StATS: Subgroup analysis (December 21, 2004).
A recently published trial shows a logical approach for establishing the validity of a subgroup comparison. There has been a lot of published research that shows that heart disease is different and more deadly among black patients. Some possible explanations of these differences involve the renin-angiotensin system in bioavailability of nitric oxide. In a study that seemed to show no overall differences in efficacy for a drug treatment, hydralazine plus isosorbide dinitrate, for treating congestive heart failure, there was nevertheless the suggestion that this treatment might be effective when analysis was restricted to just the black patients in the study. This study, however, was not designed to look for race-specific effects, so the results had to be treated as preliminary. The authors of one review state that "prospective trials involving large numbers of black patients are needed to further clarify their response to therapy." With this justification, a new randomized trial, recruiting just black patients, was begun. This study did indeed show that the two drugs were effective among these black patients, and became one of the first examples of a therapy recommended solely for a specific racial subgroup.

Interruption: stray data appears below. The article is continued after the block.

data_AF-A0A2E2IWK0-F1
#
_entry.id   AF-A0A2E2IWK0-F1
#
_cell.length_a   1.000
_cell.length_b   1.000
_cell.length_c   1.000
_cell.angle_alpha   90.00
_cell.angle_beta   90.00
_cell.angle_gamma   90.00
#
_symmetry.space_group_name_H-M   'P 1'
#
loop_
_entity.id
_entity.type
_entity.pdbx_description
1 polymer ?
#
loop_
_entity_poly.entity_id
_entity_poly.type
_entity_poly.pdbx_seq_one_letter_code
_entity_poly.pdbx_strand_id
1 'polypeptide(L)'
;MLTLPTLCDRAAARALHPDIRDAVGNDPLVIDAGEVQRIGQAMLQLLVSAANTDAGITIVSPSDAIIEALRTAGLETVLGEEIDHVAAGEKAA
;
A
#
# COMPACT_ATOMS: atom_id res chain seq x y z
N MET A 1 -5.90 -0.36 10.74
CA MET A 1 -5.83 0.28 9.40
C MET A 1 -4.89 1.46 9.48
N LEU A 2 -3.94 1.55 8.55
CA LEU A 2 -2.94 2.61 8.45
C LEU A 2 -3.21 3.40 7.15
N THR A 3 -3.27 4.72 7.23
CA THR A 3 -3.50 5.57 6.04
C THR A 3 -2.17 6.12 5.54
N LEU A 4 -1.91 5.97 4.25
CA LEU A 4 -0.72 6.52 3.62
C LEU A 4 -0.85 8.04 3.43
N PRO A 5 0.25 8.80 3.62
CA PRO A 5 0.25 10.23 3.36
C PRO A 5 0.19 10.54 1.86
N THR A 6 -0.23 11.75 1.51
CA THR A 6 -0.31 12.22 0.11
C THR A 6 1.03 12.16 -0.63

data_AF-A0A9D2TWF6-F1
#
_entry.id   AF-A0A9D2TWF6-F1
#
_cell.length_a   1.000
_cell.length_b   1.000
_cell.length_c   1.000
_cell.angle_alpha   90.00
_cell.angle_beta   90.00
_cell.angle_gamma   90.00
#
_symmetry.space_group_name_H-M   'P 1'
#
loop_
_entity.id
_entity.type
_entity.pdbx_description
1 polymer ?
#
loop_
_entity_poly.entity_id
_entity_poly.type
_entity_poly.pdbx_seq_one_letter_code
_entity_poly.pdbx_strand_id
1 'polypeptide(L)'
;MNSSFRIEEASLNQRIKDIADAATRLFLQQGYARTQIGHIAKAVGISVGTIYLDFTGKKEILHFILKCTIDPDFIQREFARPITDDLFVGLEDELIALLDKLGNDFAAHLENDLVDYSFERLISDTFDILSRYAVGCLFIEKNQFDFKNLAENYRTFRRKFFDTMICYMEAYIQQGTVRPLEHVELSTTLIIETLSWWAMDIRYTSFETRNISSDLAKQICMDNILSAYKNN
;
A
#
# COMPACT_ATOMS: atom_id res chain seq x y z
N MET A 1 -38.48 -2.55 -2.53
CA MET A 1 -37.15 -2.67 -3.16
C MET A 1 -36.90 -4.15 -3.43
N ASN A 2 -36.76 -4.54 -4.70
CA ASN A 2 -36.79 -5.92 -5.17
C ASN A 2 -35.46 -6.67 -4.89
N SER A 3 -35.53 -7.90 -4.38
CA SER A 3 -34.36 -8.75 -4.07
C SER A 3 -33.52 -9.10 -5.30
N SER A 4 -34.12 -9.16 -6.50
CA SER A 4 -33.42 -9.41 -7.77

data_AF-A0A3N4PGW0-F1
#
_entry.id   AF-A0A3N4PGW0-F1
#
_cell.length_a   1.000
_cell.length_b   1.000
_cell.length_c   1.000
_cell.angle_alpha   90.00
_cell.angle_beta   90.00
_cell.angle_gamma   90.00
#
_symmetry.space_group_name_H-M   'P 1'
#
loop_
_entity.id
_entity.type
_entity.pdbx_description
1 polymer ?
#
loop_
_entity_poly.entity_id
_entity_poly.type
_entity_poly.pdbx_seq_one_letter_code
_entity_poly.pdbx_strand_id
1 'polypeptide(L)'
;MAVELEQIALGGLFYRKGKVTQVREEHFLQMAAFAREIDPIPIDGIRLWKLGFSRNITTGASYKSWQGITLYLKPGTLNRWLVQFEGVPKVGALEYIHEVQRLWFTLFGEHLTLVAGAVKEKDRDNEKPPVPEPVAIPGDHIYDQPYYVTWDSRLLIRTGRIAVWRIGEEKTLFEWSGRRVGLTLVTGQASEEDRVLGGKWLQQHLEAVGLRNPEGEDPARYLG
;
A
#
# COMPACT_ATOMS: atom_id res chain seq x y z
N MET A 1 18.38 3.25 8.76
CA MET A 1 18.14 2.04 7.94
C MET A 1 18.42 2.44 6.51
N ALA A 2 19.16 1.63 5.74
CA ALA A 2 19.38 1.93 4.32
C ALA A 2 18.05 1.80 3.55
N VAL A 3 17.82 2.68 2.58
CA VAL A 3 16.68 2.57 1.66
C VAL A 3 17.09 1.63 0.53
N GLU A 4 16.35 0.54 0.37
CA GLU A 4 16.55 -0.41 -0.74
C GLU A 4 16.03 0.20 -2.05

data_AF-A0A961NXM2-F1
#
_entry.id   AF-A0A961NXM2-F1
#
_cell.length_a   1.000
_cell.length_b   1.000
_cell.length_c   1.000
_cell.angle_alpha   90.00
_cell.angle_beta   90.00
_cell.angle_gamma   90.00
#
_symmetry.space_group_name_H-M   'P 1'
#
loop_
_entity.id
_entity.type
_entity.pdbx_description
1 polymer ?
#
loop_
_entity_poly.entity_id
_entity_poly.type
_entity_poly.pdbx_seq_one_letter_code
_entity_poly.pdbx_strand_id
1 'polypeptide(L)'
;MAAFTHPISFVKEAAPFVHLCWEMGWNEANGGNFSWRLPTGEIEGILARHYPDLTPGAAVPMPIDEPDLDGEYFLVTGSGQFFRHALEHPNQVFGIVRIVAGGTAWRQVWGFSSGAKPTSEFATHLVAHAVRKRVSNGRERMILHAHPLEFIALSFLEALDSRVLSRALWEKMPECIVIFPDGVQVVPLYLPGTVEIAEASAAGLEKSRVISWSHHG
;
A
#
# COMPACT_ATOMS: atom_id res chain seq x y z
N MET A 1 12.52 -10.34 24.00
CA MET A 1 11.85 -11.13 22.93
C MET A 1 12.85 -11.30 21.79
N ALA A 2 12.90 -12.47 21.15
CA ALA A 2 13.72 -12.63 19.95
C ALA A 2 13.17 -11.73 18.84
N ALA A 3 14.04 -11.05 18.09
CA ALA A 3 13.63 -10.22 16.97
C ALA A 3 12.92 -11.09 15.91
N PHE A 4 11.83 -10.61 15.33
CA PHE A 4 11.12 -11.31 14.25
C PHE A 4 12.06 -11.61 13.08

The concept of using race or ethnicity in medical decisions is controversial, because of the potential for misuse and abuse of this information. There is also debate about whether there is enough genetic variations among different racial and ethnic groups to justify treating them as distinct group. The authors of one paper skirt this issue by using the phrase "patients who self-identify as black".
This page was written by Steve Simon while working at Children's Mercy Hospital. Although I do not hold the copyright for this material, I am reproducing it here as a service, as it is no longer available on the Children's Mercy Hospital website. Need more information? I have a page with general help resources. You can also browse for pages similar to this one at Category: Multiple comparisons.